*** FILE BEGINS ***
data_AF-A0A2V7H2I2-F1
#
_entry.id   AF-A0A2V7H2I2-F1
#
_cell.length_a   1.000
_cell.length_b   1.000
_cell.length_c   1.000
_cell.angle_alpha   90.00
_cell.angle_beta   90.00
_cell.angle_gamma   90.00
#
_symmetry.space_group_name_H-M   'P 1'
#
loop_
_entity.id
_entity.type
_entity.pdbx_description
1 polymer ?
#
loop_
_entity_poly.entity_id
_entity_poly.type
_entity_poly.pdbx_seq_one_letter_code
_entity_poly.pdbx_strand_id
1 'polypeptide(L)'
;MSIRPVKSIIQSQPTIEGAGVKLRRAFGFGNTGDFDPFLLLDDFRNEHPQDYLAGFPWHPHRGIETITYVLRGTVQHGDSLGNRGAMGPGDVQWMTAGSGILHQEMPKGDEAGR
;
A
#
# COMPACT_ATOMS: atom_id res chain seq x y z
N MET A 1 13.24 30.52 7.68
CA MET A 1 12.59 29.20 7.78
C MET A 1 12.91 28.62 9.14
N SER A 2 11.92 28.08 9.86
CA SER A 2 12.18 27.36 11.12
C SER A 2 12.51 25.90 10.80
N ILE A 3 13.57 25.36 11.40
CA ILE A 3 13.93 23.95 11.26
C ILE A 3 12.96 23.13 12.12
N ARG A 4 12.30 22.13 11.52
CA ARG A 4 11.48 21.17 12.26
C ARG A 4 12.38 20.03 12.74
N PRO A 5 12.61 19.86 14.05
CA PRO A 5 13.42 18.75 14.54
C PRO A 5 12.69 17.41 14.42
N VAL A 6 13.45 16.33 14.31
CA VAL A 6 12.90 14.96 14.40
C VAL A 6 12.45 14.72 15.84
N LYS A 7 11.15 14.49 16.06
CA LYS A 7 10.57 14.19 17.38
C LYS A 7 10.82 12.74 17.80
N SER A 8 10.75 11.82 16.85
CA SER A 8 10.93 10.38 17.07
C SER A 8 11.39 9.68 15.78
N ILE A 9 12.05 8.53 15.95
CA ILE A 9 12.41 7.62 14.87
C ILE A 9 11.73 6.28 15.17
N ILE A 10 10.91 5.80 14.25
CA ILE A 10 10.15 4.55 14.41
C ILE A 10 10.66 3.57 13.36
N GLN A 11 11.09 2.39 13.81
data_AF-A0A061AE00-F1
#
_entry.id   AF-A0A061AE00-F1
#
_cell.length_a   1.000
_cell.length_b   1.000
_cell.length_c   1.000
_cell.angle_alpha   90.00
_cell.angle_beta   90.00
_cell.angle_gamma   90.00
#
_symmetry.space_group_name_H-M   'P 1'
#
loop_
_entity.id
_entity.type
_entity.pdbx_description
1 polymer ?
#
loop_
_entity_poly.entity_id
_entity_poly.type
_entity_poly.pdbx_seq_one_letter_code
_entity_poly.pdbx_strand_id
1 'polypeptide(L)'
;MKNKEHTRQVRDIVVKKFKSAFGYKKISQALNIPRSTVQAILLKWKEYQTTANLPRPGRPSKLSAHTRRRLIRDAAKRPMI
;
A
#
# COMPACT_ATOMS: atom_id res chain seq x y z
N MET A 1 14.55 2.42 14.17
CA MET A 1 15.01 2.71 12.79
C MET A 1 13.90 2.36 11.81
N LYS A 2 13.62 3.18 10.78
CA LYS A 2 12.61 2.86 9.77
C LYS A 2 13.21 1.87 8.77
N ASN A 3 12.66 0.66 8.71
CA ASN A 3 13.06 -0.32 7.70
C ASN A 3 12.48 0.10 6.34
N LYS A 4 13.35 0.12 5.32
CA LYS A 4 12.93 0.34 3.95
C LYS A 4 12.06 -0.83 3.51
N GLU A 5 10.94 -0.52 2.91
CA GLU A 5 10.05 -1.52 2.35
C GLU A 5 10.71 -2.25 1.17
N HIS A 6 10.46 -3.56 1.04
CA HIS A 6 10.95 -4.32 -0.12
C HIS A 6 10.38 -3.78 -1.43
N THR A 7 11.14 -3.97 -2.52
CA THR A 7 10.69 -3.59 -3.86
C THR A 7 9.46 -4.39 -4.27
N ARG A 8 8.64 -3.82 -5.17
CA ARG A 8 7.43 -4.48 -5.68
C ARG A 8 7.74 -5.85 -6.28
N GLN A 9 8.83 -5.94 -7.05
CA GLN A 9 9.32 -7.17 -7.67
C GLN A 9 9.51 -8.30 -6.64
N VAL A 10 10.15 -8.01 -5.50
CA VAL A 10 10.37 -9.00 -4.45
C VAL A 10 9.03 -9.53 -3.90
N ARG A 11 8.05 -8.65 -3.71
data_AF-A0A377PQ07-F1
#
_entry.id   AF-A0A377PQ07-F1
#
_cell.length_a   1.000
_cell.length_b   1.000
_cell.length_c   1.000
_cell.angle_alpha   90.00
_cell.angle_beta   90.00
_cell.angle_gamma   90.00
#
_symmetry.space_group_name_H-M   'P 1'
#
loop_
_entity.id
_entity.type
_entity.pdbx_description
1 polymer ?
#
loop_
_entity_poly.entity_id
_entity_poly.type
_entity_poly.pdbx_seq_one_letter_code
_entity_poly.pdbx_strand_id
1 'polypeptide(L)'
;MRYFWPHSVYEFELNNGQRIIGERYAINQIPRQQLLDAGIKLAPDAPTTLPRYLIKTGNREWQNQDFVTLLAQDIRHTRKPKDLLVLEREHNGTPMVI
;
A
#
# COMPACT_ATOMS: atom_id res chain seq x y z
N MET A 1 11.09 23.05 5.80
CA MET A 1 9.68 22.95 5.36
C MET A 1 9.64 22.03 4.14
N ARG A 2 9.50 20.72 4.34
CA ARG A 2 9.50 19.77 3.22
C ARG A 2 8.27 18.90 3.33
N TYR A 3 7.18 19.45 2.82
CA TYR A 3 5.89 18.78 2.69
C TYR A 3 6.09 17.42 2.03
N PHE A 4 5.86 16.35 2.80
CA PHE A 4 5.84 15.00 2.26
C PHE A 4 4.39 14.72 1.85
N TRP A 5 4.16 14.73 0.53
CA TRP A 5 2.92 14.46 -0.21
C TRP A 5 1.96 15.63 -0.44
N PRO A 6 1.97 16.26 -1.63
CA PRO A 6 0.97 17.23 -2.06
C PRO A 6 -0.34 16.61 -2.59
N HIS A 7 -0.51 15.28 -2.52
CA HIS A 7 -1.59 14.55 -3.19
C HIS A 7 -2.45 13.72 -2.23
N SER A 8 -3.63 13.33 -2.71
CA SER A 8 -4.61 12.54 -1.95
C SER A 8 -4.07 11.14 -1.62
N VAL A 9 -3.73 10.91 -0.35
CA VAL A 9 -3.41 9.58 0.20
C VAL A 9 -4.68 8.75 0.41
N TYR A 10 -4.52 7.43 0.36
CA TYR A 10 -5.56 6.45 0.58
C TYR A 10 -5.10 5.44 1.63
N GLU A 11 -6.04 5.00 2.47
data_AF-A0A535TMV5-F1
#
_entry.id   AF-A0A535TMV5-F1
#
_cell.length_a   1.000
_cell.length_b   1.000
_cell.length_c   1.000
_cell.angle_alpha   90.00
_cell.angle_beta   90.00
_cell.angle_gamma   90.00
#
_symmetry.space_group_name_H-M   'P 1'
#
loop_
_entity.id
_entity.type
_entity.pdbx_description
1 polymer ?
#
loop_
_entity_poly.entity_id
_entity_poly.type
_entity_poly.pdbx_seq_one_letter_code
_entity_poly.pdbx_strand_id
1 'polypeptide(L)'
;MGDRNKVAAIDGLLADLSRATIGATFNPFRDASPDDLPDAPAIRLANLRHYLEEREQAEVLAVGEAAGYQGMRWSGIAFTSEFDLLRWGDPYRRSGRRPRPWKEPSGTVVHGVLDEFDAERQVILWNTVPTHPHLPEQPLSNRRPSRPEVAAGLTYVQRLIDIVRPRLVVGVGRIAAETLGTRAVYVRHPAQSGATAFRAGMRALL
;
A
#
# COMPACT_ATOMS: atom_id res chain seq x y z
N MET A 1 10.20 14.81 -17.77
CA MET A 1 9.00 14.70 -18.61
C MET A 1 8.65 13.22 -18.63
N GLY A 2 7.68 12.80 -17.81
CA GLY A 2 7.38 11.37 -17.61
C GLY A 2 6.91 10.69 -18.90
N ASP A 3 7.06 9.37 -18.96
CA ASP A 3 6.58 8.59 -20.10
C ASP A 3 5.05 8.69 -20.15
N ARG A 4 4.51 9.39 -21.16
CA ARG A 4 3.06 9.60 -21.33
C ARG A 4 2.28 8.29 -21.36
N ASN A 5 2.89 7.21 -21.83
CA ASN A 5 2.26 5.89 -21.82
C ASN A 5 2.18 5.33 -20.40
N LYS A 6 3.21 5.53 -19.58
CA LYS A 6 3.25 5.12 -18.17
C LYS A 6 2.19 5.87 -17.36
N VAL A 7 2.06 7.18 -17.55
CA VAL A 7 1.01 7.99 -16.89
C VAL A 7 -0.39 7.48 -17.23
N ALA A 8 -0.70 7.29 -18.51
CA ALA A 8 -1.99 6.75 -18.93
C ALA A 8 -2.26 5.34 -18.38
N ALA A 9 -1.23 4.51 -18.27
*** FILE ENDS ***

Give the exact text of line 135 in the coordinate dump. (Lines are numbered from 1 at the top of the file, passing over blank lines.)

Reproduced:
#